A limitation of this technique seems to lie in the entrapment of trocars in the subcutaneous tunnel and the entry into the abdominal cavity. Parallelism of trocars and limited range of motion of trocars lead to a loss of triangulation, a reduced field of surgery and intermittent conflict of instruments and camera on the outside. However, the use of articulated instruments was helpful to overcome some of these limitations by creating additional degrees of freedom. Still, the access to the abdominal cavity seems to represent the most critical challenge during this new method. Inserting a trocar through a preformed tunnel to enter the abdominal cavity in an angle smaller than 90° is more difficult than entering in the usual vertical fashion. Incidental injuries might occur easier despite the visual control obtained by the camera inside the port. Additionally, while using optical trocars for laparoscopic access has been reported in great numbers in the upper abdomen17, 18, 19, only few reports can be found about their use in the lower abdomen and safety in that anatomical region might be reduced.19 Despite this uncertainty, a Foley catheter should be positioned during any supra-pubic access case to minimize the risks of any inadvertent bladder injuries.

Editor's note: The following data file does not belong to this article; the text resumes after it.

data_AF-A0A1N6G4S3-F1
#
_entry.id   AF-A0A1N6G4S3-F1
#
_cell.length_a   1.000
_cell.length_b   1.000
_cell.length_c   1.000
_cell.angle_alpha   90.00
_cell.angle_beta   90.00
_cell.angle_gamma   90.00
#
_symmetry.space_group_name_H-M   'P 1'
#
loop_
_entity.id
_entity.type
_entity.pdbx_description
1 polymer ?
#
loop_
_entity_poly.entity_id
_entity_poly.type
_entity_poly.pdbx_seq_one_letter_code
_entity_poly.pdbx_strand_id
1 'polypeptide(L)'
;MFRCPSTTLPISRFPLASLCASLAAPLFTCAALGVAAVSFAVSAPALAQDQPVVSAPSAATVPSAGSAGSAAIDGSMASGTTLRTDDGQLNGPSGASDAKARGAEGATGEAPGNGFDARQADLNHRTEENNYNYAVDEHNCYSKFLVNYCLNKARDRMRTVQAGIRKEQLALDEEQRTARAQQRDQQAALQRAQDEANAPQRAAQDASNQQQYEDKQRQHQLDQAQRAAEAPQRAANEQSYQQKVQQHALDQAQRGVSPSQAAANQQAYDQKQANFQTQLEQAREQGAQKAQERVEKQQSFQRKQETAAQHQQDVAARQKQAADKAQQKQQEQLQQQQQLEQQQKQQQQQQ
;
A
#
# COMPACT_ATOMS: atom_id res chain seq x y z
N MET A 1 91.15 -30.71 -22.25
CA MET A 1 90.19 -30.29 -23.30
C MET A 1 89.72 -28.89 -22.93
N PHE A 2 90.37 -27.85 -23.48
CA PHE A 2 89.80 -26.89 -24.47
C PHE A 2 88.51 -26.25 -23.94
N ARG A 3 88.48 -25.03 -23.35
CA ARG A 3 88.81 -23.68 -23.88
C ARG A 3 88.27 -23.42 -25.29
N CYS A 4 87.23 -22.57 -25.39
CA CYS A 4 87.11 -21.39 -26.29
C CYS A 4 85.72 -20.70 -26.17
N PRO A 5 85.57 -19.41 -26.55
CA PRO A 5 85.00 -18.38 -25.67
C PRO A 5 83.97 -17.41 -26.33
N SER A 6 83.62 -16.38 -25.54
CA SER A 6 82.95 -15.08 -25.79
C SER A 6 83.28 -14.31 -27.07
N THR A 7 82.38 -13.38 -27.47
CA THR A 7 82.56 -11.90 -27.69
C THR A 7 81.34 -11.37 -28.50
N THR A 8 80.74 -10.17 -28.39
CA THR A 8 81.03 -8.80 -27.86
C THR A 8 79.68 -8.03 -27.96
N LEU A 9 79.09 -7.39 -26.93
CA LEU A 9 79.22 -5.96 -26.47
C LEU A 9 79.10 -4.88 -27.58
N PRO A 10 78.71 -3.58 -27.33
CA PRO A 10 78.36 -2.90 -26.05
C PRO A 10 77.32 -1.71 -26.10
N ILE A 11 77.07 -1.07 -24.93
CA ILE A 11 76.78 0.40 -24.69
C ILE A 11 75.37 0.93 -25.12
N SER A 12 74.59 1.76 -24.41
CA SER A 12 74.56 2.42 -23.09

New ports with extendable tips might offer solutions for this access. Also, flexible endoscopes might facilitate the passage through the subcutaneous tunnel and could be applied especially for longer and/or curved tunnels or be used in combination with laparoscopic instruments. In that sense, multiple tunnels can be placed to enter the abdominal cavity through a single skin incision. Different types of instruments could potentially be inserted to cover various aspects of abdominal surgery such as retraction, vision, dissection, and assistance. In that sense, this initial case only represents the feasible variation of a new surgical method and further research will be conducted to advance this technique.

Conclusions

Supra-pubic single incision laparoscopic cholecystectomy appeared feasible in our initial case. This new technique potentially offers less visible scaring (concealable in pubic hair) while maintaining an access through a single incision at a stable part the abdominal wall in order to reduce the risks for incisional hernias.